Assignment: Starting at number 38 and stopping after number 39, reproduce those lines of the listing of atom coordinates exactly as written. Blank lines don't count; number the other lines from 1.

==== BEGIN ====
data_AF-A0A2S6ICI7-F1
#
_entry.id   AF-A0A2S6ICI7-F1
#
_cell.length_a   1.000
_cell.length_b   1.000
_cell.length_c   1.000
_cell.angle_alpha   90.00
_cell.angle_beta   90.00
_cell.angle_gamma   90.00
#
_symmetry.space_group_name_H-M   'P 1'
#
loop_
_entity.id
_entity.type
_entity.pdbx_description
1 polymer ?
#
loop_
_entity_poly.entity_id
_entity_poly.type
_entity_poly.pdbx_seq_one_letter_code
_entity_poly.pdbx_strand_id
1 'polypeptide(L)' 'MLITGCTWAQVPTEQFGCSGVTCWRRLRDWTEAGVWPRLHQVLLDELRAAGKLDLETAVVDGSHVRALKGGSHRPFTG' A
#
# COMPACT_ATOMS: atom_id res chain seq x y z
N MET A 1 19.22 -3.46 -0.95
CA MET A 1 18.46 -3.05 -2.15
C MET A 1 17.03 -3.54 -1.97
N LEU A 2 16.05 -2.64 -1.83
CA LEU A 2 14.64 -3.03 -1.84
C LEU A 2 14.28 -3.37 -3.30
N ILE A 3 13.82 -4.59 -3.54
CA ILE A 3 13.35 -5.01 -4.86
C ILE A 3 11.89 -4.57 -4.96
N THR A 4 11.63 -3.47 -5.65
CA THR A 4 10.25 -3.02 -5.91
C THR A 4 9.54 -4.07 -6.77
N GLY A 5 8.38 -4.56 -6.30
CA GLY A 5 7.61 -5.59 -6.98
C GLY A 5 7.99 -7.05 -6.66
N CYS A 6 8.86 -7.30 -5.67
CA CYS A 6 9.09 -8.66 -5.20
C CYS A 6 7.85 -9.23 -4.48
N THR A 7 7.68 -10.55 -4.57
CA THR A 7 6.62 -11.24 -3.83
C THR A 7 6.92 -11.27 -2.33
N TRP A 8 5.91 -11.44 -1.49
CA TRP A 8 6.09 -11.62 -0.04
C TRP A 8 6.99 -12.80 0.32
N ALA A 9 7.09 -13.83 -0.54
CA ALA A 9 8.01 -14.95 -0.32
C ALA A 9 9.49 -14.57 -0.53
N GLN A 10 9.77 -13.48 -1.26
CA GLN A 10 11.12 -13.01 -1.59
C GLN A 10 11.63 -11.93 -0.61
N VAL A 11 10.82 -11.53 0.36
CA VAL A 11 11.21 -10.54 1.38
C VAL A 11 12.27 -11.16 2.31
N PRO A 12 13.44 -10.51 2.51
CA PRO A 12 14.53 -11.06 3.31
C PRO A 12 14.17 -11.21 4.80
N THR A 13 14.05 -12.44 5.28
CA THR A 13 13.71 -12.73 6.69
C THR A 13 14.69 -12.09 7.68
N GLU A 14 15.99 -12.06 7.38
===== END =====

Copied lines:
CA THR A 4 10.25 -3.02 -5.91
C THR A 4 9.54 -4.07 -6.77